Ever since the Marvel Cinematic Universe’s first big shared universe success with The Avengers, the rest of Hollywood has tried to jump on the bandwagon. While most have failed, the DC Extended Universe has survived, but just barely and in spite of trying to run before it could walk.
As with any other action movie franchise, particularly those in the comic book genre, CGI has played a huge role in the DCEU over the last eight years. Whether it is cities to be destroyed, underwater palaces, or larger than life villains, Warner Bros. and DC have always relied heavily on visual effects.
There are plenty of examples throughout the franchise of simply stunning CGI, however with the DCEU, it could be argued that it will always be scrutinized more so than most thanks to the less than stellar reputation it has earned. Typically, when any aspect of any DCEU movie is sub-par, it will be talked about more than what the movie does well.
This goes for CGI as much as anything else, and unfortunately for the franchise, there have been more than its fair share of questionable effects. One of the key things these movies simply have to achieve is for the audience to suspend their disbelief for a few hours, but it is very hard to maintain that when CGI this poor commands their attention instead.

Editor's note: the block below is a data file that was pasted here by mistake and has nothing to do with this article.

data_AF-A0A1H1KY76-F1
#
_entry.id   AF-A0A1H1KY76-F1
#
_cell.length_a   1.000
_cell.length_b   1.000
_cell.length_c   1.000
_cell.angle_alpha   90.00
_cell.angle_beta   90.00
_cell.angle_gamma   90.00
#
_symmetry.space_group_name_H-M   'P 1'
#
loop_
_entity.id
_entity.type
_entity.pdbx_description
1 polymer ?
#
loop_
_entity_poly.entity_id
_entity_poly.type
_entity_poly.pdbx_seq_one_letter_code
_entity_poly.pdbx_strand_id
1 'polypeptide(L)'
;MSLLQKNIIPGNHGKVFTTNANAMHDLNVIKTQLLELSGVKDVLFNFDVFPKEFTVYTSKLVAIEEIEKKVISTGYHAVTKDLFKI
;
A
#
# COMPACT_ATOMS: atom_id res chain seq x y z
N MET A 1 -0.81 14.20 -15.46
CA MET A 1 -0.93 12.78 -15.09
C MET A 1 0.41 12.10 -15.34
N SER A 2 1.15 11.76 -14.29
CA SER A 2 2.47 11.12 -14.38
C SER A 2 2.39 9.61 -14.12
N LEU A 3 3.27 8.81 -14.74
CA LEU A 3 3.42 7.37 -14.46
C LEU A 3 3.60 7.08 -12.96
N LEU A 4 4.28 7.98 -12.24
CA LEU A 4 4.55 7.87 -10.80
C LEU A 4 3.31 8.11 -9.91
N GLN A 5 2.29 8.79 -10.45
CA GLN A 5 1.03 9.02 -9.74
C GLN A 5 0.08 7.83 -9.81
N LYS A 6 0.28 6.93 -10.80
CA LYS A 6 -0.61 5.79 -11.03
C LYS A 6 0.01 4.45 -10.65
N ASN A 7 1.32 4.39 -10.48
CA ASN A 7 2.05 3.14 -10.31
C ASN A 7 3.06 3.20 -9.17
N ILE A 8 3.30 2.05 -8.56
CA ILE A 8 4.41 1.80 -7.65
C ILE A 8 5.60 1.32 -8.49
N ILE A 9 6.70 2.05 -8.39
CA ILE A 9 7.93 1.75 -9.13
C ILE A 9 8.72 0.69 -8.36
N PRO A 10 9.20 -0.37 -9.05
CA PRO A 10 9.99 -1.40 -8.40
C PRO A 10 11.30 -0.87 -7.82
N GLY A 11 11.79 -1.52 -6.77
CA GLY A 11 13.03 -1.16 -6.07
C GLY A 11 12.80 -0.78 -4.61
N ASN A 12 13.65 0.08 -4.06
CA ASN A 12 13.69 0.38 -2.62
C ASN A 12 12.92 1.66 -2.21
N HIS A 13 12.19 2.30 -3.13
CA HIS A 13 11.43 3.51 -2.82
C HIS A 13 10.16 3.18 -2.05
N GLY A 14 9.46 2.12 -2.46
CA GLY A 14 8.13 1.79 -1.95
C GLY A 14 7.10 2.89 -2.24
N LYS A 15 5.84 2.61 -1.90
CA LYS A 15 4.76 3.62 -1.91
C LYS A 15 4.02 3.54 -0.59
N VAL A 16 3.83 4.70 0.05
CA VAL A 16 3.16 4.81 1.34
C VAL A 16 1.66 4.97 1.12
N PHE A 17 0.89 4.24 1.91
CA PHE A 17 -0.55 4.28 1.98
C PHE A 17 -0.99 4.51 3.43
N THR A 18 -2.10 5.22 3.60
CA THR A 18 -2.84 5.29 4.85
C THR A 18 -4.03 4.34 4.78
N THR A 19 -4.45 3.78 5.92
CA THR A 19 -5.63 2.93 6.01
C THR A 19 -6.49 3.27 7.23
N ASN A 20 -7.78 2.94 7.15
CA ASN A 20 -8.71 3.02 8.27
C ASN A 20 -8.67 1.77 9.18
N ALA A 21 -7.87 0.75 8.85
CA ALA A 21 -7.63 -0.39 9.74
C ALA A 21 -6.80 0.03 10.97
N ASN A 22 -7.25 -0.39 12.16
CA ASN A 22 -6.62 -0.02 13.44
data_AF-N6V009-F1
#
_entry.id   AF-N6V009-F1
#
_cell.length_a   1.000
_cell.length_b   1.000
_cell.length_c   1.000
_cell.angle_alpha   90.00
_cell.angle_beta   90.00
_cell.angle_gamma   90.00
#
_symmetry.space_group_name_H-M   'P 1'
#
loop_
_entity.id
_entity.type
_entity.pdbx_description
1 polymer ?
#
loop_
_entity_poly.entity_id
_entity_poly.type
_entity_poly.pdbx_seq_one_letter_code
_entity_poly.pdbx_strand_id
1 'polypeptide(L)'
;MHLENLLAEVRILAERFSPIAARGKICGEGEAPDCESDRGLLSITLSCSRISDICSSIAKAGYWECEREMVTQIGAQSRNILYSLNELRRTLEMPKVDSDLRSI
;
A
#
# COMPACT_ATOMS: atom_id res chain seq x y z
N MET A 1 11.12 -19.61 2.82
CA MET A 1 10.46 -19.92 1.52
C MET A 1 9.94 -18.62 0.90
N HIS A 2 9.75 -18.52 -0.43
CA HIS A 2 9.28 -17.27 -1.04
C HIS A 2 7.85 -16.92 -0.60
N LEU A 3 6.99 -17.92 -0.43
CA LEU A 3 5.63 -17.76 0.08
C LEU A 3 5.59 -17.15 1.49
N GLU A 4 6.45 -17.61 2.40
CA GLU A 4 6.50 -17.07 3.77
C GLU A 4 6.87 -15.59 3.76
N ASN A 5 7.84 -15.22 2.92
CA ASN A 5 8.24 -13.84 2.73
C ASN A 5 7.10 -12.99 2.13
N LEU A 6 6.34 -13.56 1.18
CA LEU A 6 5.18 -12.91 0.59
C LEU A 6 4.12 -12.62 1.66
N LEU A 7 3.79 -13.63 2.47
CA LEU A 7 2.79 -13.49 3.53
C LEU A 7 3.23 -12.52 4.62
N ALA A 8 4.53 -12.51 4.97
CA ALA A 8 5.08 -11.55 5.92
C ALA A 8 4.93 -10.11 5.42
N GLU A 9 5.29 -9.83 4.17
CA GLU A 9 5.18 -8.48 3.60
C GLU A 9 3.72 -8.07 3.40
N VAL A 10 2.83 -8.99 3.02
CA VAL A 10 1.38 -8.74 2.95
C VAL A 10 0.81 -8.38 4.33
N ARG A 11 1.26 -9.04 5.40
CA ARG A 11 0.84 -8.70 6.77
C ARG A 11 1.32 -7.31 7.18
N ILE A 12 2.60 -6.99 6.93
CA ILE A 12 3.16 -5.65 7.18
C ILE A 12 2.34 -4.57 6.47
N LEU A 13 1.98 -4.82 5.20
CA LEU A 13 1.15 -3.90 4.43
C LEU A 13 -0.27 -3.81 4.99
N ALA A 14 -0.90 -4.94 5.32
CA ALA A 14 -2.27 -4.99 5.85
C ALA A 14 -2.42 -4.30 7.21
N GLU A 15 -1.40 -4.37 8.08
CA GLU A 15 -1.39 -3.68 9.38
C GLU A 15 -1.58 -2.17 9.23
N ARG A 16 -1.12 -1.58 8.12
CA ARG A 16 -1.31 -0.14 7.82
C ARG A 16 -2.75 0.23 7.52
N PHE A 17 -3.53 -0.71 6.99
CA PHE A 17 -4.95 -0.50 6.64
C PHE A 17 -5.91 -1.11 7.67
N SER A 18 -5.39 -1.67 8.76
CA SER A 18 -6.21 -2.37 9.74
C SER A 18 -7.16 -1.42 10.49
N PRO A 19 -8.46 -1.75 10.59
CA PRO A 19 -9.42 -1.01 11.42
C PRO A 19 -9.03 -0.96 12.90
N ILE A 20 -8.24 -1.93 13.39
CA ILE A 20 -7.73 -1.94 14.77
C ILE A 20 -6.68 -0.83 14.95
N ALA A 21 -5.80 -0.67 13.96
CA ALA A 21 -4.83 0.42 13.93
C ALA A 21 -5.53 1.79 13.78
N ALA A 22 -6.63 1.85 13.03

10. Martian Manhunter - Zack Snyder's Justice League
When the Snyder Cut was greenlit on HBO, the director was given a relatively small budget for reshoots and to make the changes he wanted from the theatrical release with Joss Whedon at the helm. Of course, there were many differences between the two versions of the film, one of which being the inclusion of Martian Manhunter.
Harry Lennix played the alien when posing as General Calvin Swanwick throughout the franchise, but this would be the first time he appeared in his natural form. However, due to the unusual circumstances, the CGI technology available wasn’t as good as it normally would have been.
Thanks to the worldwide pandemic, the VFX team behind Zack Snyder’s Justice League were forced to come up with new methods of motion capture when the standard way was no longer possible. This of course was out of their control, but it did make for a less than ideal version of the character appearing on screen.
It’s fair to say that the team did relatively well under the circumstances, but in terms of just looking at what was produced on the screen, the CGI that brought Martian Manhunter to life simply wasn’t to the same standard as you might usually expect from a Hollywood blockbuster.